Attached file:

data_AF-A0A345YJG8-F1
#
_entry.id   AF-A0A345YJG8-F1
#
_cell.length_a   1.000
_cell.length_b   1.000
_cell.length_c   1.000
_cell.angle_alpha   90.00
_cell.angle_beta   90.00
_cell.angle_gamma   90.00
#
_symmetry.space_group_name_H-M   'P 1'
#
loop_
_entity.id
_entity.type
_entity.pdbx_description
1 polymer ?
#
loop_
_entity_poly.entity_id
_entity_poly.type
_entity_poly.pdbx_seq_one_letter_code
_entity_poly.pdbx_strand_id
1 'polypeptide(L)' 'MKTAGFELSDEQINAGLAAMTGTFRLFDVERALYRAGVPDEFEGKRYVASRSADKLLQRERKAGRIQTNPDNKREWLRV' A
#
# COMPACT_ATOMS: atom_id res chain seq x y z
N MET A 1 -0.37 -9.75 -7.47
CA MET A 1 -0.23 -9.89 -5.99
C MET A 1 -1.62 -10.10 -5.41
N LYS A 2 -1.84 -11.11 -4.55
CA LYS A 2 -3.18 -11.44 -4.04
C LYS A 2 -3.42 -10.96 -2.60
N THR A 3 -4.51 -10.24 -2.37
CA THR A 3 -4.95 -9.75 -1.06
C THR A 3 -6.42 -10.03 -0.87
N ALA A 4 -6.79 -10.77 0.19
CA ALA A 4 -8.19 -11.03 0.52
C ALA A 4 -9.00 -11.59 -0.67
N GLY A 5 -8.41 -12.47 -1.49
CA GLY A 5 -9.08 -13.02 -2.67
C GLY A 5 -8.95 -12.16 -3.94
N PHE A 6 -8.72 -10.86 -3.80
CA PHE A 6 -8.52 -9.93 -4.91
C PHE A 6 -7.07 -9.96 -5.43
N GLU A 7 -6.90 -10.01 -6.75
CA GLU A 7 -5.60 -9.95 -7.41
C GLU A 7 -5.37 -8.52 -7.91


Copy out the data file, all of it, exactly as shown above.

data_AF-A0A345YJG8-F1
#
_entry.id   AF-A0A345YJG8-F1
#
_cell.length_a   1.000
_cell.length_b   1.000
_cell.length_c   1.000
_cell.angle_alpha   90.00
_cell.angle_beta   90.00
_cell.angle_gamma   90.00
#
_symmetry.space_group_name_H-M   'P 1'
#
loop_
_entity.id
_entity.type
_entity.pdbx_description
1 polymer ?
#
loop_
_entity_poly.entity_id
_entity_poly.type
_entity_poly.pdbx_seq_one_letter_code
_entity_poly.pdbx_strand_id
1 'polypeptide(L)' 'MKTAGFELSDEQINAGLAAMTGTFRLFDVERALYRAGVPDEFEGKRYVASRSADKLLQRERKAGRIQTNPDNKREWLRV' A
#
# COMPACT_ATOMS: atom_id res chain seq x y z
N MET A 1 -0.37 -9.75 -7.47
CA MET A 1 -0.23 -9.89 -5.99
C MET A 1 -1.62 -10.10 -5.41
N LYS A 2 -1.84 -11.11 -4.55
CA LYS A 2 -3.18 -11.44 -4.04
C LYS A 2 -3.42 -10.96 -2.60
N THR A 3 -4.51 -10.24 -2.37
CA THR A 3 -4.95 -9.75 -1.06
C THR A 3 -6.42 -10.03 -0.87
N ALA A 4 -6.79 -10.77 0.19
CA ALA A 4 -8.19 -11.03 0.52
C ALA A 4 -9.00 -11.59 -0.67
N GLY A 5 -8.41 -12.47 -1.49
CA GLY A 5 -9.08 -13.02 -2.67
C GLY A 5 -8.95 -12.16 -3.94
N PHE A 6 -8.72 -10.86 -3.80
CA PHE A 6 -8.52 -9.93 -4.91
C PHE A 6 -7.07 -9.96 -5.43
N GLU A 7 -6.90 -10.01 -6.75
CA GLU A 7 -5.60 -9.95 -7.41
C GLU A 7 -5.37 -8.52 -7.91